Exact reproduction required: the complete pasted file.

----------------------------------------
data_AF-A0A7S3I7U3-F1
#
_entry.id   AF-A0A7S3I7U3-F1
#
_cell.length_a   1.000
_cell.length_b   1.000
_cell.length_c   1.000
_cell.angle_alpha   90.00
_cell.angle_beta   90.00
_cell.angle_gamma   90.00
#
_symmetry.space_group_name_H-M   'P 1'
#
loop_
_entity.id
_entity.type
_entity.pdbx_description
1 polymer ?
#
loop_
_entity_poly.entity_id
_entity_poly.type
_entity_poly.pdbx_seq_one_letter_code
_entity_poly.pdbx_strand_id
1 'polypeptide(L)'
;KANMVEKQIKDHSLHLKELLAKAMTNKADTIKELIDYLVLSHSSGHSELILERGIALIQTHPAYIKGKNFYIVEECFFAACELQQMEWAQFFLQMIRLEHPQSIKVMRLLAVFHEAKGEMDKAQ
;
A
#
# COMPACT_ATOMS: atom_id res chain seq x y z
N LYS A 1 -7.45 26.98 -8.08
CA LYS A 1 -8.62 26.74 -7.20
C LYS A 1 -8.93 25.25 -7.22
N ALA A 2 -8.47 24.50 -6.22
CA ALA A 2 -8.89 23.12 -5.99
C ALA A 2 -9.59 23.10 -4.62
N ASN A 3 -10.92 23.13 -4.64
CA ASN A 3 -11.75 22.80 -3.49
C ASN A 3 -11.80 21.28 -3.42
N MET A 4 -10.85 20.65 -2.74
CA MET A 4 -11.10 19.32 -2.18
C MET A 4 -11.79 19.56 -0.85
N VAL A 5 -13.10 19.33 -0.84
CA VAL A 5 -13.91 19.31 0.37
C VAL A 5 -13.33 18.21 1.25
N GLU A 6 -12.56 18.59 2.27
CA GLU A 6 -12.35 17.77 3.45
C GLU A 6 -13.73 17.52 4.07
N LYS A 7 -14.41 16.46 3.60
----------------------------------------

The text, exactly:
data_AF-A0A7S3I7U3-F1
#
_entry.id   AF-A0A7S3I7U3-F1
#
_cell.length_a   1.000
_cell.length_b   1.000
_cell.length_c   1.000
_cell.angle_alpha   90.00
_cell.angle_beta   90.00
_cell.angle_gamma   90.00
#
_symmetry.space_group_name_H-M   'P 1'
#
loop_
_entity.id
_entity.type
_entity.pdbx_description
1 polymer ?
#
loop_
_entity_poly.entity_id
_entity_poly.type
_entity_poly.pdbx_seq_one_letter_code
_entity_poly.pdbx_strand_id
1 'polypeptide(L)'
;KANMVEKQIKDHSLHLKELLAKAMTNKADTIKELIDYLVLSHSSGHSELILERGIALIQTHPAYIKGKNFYIVEECFFAACELQQMEWAQFFLQMIRLEHPQSIKVMRLLAVFHEAKGEMDKAQ
;
A
#
# COMPACT_ATOMS: atom_id res chain seq x y z
N LYS A 1 -7.45 26.98 -8.08
CA LYS A 1 -8.62 26.74 -7.20
C LYS A 1 -8.93 25.25 -7.22
N ALA A 2 -8.47 24.50 -6.22
CA ALA A 2 -8.89 23.12 -5.99
C ALA A 2 -9.59 23.10 -4.62
N ASN A 3 -10.92 23.13 -4.64
CA ASN A 3 -11.75 22.80 -3.49
C ASN A 3 -11.80 21.28 -3.42
N MET A 4 -10.85 20.65 -2.74
CA MET A 4 -11.10 19.32 -2.18
C MET A 4 -11.79 19.56 -0.85
N VAL A 5 -13.10 19.33 -0.84
CA VAL A 5 -13.91 19.31 0.37
C VAL A 5 -13.33 18.21 1.25
N GLU A 6 -12.56 18.59 2.27
CA GLU A 6 -12.35 17.77 3.45
C GLU A 6 -13.73 17.52 4.07
N LYS A 7 -14.41 16.46 3.60